A federal tax lien is the mechanism by which the Internal Revenue Service (IRS) enforces the tax obligations of taxpayers that have fulfilled those obligations. Typically, such a lien will be filed once a taxpayer’s liability has been assessed, a Notice and Demand for Payment has been sent to the taxpayer, and the taxpayer has failed to make the necessary tax contribution. Internal Revenue Service, Understanding a Federal Tax Lien, available at https://www.irs.gov/Businesses/Small-Businesses-&-Self-Employed/Understanding-a-Federal-Tax-Lien.
A lien is basically a public filing that puts creditors on notice regarding the lien. By informing current and would-be creditors that the IRS has an interest in your property, a taxpayer may be prevented from using the assets on which the lien is placed as a financial basis for obtaining credit of any kind. There are a number of ways for the taxpayer to deal with such liens if placed on the taxpayer’s assets, the best of course being the payment of the tax obligations in question. That said, there are a number of other options available to taxpayers, which may mitigate or altogether extinguish the negative implications of a federal tax lien, including a request for a dispensation allowing for he discharge of property, subordination of the federal tax lien to allow for the taxpayer to obtain certain loans or credit, or an application for a withdrawal of the lien.
In understanding a federal tax lien one may need to distinguish between a federal tax lien and an IRS levy on one’s assets. While a lien merely secures the government’s interest in a taxpayer’s property, a levy does more than secure it; a levy is the actual taking of that property in order to settle the taxpayer’s outstanding obligations. As a result, a taxpayer’s property is not lost simply because the IRS has filed a lien on that taxpayer’s property. A taxpayer with a lien on his or her property still has more than enough time to address the issue and go about having the lien withdrawn or subordinated, or to have property sold free and clear of the lien. Still, if a taxpayer falls into this situation, there is no reason to waste any time; the issue should be addressed in a timely manner, so that the IRS can provide alternatives to the taxpayer that will still assure payment of the taxpayer’s outstanding tax obligations.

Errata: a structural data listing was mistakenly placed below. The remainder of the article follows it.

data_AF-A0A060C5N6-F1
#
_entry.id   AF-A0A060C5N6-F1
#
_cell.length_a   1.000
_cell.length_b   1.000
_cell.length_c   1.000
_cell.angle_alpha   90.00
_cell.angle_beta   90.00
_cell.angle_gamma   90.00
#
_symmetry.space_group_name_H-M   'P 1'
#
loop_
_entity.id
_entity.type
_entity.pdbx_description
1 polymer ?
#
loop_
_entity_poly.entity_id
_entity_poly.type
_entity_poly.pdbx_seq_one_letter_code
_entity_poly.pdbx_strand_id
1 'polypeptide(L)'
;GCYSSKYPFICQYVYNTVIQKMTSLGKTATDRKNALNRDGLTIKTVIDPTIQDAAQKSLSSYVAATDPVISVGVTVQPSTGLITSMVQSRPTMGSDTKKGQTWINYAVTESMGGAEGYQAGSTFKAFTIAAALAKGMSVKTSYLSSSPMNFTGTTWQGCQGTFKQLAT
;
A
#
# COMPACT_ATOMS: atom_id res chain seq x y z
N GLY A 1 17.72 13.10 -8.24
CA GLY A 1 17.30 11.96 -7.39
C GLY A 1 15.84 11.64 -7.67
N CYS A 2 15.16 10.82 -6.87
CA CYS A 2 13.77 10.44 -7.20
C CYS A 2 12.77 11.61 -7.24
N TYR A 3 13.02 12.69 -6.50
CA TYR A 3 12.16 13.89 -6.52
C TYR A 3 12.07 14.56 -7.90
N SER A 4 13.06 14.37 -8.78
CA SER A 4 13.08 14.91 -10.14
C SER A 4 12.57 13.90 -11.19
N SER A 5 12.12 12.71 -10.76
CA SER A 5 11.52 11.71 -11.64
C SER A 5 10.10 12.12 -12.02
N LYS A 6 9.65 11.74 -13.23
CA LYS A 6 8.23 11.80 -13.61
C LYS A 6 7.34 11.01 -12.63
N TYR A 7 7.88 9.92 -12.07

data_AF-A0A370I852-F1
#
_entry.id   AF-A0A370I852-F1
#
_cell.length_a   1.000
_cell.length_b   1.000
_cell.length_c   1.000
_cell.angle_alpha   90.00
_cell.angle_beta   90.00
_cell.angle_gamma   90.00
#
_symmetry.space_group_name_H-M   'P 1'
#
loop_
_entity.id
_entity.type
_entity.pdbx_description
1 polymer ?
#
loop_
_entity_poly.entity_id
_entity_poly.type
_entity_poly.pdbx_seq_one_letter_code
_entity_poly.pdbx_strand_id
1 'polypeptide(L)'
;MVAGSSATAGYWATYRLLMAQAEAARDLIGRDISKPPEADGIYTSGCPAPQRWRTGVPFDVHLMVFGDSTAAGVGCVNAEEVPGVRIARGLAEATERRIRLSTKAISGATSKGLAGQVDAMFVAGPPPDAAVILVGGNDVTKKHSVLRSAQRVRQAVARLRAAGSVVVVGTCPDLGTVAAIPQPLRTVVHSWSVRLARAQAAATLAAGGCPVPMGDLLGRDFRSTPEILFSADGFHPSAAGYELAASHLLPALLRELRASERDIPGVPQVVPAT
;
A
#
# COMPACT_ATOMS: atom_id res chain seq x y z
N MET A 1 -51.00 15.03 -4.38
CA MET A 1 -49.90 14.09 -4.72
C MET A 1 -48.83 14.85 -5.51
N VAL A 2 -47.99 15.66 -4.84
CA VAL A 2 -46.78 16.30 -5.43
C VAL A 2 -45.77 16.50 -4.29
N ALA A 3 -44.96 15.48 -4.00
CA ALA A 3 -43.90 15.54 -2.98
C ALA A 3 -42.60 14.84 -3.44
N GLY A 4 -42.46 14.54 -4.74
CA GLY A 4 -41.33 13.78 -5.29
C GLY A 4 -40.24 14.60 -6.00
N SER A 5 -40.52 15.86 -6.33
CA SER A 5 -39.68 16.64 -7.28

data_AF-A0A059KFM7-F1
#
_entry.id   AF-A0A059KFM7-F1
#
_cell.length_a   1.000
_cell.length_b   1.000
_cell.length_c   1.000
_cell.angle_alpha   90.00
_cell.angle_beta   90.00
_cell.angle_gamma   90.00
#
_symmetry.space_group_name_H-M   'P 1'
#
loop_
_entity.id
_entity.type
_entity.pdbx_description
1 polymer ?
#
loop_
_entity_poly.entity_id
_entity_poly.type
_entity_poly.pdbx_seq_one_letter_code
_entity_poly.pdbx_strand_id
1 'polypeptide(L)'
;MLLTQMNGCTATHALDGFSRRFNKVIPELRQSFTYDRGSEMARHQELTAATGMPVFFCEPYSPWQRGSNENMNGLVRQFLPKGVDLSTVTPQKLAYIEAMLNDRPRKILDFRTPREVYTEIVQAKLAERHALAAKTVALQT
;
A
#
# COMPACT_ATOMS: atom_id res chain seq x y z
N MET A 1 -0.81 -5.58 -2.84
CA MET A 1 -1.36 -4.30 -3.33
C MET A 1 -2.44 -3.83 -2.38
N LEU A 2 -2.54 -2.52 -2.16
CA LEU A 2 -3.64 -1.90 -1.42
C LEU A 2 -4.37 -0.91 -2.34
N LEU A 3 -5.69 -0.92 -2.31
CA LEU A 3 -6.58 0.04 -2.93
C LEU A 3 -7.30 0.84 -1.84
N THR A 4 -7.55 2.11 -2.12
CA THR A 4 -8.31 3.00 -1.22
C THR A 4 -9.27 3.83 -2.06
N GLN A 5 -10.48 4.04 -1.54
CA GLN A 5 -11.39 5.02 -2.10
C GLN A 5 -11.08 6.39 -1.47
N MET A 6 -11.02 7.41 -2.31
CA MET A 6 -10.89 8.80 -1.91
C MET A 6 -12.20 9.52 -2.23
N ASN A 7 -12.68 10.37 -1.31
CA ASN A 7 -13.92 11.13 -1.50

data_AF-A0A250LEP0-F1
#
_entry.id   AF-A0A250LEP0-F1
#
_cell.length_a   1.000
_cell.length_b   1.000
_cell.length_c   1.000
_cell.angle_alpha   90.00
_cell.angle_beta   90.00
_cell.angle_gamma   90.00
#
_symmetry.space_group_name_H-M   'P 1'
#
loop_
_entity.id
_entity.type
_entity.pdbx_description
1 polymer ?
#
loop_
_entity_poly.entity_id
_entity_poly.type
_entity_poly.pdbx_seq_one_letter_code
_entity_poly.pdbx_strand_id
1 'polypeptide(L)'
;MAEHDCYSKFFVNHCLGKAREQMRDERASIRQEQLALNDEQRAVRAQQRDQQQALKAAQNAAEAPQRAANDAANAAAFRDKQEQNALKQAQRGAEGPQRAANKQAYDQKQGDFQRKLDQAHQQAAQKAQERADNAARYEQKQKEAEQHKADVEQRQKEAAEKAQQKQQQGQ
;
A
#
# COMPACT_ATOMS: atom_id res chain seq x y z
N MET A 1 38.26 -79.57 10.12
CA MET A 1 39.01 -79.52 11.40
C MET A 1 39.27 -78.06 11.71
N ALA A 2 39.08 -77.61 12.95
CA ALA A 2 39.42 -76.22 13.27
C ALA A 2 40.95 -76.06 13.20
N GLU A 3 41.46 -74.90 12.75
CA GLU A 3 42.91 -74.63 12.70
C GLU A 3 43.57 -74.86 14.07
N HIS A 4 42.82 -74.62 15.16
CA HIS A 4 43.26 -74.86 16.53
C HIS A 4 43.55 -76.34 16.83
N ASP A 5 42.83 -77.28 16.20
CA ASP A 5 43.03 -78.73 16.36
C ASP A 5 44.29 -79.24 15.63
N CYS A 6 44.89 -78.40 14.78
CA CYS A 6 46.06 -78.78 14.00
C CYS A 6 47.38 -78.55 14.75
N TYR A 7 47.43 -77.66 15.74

In short, a federal tax lien will substantially affect a taxpayer’s assets and the ability to dispose of those assets, as well as the ability to obtain credit, and even survive bankruptcy if left unsatisfied. As a result, it is important to contact an experienced an attorney and promptly deal with a federal tax lien before these negative implications are felt by the taxpayer.
Please keep in mind the information and advice presented in this blog is not intended to be used as formal legal advice. Contact a tax professional for personalized tax advice pertaining to your specific situation. While we try and answer all parts of the question when we write our blogs, sometimes there may be some left unanswered. If you have any questions about your problems with the IRS, SBOE, FTB, or BOE, or tax law in general, call RJS Law at (619) 595-1655.
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